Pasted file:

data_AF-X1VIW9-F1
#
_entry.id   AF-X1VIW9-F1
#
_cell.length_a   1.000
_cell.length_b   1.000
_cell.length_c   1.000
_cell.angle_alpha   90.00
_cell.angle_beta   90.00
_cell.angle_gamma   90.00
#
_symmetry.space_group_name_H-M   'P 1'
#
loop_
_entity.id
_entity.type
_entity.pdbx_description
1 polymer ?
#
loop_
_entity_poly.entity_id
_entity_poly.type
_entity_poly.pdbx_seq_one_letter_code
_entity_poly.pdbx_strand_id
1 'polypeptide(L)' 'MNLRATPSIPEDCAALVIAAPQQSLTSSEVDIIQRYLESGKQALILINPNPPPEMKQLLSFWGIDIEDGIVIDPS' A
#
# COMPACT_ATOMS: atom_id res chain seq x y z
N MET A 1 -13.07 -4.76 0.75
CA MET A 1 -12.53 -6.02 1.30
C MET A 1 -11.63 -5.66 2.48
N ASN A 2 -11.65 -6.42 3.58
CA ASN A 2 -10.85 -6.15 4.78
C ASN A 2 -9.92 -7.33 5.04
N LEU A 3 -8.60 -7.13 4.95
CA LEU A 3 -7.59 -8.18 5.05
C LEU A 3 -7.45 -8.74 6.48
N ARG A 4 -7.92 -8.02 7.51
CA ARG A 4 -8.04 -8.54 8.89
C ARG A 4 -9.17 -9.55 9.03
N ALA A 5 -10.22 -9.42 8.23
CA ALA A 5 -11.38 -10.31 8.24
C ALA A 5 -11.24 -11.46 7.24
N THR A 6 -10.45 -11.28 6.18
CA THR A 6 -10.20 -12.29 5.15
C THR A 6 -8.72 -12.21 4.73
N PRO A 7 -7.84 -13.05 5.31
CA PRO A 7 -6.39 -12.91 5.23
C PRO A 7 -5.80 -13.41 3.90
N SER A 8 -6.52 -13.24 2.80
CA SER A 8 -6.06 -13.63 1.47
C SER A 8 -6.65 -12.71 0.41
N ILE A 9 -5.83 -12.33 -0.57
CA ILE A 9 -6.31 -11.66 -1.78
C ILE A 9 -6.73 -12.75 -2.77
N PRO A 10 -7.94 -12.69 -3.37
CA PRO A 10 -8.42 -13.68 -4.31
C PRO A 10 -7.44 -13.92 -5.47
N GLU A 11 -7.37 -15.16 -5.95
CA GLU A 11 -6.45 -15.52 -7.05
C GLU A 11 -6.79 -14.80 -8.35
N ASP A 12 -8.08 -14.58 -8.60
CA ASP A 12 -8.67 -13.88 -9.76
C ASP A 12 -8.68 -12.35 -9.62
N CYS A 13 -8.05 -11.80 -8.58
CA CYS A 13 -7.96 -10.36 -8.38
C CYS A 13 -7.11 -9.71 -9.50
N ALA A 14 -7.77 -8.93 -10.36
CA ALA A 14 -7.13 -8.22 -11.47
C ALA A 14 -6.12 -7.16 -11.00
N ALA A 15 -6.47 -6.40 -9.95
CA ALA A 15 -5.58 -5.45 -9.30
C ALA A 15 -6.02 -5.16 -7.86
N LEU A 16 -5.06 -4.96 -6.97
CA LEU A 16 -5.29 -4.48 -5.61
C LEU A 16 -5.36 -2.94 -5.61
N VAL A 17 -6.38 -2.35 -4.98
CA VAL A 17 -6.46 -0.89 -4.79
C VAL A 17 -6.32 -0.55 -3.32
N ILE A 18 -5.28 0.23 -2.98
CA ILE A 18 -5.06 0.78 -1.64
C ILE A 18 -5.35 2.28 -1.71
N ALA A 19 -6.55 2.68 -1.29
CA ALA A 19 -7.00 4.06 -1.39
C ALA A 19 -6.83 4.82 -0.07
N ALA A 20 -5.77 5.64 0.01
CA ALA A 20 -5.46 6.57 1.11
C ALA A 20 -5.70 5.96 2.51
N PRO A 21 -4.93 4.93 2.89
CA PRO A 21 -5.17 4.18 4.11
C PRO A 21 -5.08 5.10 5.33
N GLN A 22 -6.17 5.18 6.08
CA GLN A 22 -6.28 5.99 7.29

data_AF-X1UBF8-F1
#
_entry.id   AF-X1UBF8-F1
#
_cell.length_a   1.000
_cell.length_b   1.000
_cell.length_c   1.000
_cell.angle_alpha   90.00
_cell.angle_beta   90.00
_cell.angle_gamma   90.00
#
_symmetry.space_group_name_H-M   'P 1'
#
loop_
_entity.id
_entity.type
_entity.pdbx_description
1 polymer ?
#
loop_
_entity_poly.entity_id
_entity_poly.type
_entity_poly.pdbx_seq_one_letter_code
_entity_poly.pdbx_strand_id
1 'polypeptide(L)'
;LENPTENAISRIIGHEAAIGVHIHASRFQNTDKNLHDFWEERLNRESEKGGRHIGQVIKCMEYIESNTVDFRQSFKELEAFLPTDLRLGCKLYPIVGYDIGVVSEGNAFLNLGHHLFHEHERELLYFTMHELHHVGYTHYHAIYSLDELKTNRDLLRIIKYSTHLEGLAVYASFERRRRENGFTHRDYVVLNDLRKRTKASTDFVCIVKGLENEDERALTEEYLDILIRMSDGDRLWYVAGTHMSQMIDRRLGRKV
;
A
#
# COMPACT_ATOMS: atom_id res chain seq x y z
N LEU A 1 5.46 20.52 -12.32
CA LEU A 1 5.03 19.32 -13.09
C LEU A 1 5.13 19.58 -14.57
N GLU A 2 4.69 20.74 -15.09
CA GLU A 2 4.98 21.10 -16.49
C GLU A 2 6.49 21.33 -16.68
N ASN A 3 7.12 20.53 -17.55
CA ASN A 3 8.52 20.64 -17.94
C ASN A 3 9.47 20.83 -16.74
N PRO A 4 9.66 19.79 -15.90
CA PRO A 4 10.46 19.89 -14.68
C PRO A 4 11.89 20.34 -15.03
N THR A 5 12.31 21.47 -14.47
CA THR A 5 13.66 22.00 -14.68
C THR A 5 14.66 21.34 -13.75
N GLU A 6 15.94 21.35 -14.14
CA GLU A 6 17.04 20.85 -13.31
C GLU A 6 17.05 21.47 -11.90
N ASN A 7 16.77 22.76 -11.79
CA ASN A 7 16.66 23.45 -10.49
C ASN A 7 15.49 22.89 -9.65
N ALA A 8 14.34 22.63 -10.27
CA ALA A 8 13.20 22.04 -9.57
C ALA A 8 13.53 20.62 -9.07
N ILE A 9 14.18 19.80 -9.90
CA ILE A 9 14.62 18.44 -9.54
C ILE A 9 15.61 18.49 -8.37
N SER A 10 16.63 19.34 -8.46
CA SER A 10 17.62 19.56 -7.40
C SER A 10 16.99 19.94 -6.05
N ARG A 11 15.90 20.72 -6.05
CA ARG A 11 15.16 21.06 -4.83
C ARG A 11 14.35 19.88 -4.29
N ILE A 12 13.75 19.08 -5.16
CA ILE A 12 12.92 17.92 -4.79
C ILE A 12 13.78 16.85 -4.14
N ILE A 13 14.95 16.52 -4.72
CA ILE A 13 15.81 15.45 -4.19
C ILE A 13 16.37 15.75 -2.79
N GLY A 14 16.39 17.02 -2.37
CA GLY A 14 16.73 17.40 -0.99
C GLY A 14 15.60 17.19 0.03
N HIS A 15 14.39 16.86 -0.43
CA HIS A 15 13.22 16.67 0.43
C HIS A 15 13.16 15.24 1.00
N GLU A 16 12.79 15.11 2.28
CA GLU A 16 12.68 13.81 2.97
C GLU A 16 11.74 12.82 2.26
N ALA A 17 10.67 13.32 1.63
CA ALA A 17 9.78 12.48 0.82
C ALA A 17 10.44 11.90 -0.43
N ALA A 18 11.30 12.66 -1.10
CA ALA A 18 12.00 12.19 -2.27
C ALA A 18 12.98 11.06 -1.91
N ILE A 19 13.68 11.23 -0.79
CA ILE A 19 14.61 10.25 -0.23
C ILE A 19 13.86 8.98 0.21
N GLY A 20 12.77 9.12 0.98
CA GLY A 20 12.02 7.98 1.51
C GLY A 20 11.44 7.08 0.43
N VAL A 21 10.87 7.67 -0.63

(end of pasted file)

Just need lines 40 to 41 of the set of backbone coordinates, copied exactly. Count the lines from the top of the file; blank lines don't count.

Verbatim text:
N ALA A 5 -10.22 -9.42 8.23
CA ALA A 5 -11.38 -10.31 8.24